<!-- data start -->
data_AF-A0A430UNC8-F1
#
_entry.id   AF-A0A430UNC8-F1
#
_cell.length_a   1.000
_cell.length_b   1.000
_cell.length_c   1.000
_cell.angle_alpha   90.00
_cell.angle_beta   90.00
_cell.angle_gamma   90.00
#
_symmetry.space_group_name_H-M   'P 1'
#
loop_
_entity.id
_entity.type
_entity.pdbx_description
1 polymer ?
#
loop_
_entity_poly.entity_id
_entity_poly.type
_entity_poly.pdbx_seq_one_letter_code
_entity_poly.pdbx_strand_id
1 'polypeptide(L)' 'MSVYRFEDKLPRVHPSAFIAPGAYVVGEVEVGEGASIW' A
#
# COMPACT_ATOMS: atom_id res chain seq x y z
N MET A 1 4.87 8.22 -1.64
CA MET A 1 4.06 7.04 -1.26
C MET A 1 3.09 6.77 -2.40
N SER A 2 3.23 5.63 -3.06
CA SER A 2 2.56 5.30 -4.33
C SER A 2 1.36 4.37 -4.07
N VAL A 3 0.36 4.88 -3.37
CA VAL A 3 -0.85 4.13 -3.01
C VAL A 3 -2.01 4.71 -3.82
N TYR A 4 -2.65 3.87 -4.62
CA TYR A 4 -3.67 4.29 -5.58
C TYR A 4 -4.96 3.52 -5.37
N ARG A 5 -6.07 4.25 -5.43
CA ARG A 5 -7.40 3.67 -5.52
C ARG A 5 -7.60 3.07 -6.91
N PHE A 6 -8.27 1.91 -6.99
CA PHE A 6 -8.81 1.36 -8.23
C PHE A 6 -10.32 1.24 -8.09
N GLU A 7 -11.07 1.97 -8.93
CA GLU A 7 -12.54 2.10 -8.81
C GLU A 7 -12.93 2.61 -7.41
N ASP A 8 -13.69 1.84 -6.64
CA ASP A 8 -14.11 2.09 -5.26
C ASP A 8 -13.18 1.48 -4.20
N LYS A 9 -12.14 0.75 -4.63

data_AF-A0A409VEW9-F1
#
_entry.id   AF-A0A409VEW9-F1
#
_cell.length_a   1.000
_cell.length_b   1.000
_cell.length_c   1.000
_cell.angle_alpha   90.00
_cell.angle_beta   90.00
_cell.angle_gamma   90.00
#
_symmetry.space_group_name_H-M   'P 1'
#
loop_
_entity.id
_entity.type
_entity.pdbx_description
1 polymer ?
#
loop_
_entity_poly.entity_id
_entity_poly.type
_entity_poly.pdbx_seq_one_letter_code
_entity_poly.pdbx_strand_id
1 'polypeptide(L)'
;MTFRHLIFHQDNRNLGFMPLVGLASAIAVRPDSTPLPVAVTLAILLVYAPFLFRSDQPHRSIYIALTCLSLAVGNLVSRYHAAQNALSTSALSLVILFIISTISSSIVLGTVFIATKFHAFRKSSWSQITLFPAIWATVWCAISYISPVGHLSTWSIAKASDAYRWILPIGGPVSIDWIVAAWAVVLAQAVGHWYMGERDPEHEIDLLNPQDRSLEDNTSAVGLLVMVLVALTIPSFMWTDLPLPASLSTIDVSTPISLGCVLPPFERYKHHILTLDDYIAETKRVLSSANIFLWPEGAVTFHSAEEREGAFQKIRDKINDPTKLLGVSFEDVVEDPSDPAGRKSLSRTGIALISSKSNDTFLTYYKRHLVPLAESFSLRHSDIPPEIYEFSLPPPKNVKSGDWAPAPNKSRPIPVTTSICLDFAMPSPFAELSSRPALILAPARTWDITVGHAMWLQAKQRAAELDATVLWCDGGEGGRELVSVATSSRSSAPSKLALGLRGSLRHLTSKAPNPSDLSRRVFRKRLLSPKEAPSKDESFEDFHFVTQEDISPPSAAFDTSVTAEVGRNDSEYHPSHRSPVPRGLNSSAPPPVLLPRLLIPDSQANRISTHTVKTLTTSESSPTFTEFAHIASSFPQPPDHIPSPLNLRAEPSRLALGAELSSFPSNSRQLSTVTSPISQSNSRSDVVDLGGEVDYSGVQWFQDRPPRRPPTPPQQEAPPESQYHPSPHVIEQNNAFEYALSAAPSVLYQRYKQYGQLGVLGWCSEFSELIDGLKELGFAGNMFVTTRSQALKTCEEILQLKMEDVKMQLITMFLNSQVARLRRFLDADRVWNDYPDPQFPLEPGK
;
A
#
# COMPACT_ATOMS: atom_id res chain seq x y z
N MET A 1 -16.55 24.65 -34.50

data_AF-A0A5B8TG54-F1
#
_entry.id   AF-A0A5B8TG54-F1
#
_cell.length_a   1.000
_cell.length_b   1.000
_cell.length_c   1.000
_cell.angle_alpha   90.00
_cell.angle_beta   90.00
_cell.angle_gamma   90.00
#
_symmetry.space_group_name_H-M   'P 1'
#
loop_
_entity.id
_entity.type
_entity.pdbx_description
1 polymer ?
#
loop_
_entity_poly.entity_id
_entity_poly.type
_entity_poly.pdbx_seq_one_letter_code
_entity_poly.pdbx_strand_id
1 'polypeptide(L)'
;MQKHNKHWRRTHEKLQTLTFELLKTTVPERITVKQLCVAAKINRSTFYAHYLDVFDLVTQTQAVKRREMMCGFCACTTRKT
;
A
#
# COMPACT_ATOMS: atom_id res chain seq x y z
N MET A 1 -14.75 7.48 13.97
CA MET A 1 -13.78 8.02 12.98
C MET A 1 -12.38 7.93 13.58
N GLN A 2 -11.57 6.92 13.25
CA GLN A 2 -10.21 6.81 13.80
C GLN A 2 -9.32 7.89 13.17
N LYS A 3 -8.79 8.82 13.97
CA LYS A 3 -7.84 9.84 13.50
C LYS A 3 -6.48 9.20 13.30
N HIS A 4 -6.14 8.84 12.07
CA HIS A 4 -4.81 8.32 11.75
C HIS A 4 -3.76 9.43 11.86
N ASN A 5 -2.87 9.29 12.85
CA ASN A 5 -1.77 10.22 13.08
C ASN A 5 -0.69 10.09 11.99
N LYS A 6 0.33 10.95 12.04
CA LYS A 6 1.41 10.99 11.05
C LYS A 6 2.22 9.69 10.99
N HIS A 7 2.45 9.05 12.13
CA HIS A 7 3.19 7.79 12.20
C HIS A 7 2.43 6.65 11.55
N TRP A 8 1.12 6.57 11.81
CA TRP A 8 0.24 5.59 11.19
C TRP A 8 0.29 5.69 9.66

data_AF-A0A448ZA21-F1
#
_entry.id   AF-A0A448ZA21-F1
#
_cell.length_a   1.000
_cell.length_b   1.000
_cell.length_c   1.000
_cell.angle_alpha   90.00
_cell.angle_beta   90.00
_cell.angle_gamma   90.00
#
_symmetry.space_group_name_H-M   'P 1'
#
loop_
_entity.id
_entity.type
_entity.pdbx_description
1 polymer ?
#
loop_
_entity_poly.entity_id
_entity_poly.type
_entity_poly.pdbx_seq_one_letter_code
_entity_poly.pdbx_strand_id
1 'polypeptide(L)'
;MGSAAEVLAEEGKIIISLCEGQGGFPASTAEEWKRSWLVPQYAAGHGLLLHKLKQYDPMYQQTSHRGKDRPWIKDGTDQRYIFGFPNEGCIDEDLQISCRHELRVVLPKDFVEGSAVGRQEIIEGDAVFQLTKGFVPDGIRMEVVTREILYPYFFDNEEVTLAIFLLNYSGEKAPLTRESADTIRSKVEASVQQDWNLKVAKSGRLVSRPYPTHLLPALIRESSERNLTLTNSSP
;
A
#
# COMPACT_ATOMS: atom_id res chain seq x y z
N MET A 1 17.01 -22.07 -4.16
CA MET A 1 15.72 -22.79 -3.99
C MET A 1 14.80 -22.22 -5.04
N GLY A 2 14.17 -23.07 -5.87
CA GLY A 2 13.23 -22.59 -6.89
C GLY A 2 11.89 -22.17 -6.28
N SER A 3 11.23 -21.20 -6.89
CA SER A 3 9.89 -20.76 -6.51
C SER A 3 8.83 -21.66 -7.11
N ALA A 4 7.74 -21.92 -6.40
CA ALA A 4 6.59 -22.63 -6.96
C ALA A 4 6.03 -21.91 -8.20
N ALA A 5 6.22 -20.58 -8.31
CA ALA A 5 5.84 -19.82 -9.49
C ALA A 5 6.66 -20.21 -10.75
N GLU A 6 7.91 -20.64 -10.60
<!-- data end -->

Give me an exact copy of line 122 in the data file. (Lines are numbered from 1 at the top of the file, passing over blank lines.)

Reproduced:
C LYS A 3 -6.48 9.20 13.30